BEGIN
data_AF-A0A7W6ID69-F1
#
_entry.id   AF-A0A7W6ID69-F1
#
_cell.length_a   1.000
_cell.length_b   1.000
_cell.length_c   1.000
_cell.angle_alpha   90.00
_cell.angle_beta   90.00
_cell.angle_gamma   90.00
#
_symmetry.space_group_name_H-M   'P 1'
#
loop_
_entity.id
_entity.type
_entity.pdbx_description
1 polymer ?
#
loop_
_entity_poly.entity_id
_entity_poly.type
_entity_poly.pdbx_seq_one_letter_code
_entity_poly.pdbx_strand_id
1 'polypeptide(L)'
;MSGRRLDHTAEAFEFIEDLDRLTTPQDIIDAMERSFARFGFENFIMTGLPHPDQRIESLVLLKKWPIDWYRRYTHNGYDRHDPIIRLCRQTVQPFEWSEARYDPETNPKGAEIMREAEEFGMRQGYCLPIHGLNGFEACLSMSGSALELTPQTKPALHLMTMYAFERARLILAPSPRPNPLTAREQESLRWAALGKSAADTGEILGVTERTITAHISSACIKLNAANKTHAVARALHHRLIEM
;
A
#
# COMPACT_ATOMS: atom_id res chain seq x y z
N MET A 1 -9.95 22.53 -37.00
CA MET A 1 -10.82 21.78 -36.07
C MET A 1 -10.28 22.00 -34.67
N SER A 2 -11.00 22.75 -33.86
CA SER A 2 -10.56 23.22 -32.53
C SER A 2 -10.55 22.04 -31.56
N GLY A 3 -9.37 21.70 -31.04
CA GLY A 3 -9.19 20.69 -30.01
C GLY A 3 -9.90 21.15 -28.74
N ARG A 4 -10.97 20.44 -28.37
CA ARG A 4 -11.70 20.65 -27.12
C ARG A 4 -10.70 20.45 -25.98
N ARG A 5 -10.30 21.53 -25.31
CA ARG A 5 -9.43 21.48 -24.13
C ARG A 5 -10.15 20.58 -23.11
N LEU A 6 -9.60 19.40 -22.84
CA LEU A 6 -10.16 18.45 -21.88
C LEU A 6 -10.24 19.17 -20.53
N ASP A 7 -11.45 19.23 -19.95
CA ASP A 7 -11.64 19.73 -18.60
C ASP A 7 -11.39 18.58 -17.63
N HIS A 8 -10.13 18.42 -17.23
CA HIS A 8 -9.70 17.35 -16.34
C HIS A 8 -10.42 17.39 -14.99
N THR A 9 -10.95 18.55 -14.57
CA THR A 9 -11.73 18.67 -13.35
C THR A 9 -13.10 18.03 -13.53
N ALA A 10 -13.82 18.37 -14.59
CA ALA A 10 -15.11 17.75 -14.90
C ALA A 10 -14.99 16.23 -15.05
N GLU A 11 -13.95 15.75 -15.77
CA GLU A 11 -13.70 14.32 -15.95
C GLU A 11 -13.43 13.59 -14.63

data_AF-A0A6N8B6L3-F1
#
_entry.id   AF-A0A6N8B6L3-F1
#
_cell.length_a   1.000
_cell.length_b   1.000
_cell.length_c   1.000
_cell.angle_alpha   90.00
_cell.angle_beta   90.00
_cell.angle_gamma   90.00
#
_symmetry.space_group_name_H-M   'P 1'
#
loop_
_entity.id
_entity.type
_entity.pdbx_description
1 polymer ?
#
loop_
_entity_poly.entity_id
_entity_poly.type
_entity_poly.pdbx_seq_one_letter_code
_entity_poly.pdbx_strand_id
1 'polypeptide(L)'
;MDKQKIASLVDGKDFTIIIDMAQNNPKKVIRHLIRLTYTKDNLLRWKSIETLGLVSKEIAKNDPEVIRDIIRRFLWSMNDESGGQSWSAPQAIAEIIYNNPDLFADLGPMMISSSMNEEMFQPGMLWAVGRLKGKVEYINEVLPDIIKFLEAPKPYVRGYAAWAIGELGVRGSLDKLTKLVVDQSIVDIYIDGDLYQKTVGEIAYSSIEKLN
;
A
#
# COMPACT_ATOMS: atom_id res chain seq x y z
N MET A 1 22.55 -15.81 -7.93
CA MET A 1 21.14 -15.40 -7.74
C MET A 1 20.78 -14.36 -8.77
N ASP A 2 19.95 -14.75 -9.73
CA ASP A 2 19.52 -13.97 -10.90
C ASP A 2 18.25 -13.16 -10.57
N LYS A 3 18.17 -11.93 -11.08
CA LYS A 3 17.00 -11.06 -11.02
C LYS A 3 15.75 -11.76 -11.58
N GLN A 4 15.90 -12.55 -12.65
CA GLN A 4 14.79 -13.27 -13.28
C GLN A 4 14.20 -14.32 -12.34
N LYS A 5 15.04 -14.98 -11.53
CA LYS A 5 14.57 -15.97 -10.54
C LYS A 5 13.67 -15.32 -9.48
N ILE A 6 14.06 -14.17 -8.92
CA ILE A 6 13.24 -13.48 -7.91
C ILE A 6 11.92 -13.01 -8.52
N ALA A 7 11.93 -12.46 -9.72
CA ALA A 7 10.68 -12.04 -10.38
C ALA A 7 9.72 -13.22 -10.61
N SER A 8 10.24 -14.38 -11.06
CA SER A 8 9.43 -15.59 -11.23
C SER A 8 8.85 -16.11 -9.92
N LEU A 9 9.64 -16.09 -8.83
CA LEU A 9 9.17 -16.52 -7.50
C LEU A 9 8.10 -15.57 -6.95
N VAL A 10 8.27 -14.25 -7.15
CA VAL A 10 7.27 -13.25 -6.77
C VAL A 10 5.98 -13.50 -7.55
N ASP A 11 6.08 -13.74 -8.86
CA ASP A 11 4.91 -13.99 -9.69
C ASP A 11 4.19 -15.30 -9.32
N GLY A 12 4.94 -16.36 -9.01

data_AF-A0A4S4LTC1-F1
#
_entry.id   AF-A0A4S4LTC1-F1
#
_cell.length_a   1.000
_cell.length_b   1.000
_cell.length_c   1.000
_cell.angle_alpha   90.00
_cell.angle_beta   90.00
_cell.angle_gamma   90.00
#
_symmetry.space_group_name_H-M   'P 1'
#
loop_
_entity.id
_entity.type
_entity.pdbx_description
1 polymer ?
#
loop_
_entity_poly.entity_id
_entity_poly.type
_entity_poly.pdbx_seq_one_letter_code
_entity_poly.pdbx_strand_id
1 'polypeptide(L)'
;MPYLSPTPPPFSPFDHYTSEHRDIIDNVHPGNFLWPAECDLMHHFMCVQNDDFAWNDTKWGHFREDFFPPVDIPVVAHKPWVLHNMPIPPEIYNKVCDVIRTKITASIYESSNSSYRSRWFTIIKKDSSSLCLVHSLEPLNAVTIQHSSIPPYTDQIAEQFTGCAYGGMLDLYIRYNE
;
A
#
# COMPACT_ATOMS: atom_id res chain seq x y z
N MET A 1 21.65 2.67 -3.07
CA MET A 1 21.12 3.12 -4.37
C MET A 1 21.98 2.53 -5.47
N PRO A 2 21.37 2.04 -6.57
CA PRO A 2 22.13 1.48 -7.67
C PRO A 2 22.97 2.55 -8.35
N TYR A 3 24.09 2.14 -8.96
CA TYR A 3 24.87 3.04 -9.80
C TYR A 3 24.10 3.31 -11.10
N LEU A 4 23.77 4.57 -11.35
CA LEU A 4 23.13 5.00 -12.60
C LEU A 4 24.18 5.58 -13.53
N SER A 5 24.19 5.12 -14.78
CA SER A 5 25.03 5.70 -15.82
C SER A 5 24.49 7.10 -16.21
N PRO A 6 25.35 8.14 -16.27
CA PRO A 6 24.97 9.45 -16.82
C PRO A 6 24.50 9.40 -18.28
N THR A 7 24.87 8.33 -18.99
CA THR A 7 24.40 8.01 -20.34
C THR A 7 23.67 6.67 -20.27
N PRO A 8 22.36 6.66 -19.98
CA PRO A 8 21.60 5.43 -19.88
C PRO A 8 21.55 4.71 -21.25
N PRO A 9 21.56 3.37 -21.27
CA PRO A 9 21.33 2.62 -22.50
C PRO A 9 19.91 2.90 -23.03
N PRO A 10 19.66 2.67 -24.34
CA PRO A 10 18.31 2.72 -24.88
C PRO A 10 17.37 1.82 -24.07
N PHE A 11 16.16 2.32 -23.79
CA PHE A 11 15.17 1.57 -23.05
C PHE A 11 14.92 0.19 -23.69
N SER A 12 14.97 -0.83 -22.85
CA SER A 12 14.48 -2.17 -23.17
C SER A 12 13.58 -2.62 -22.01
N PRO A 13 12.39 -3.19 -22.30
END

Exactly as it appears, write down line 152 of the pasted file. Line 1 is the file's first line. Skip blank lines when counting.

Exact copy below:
1 'polypeptide(L)'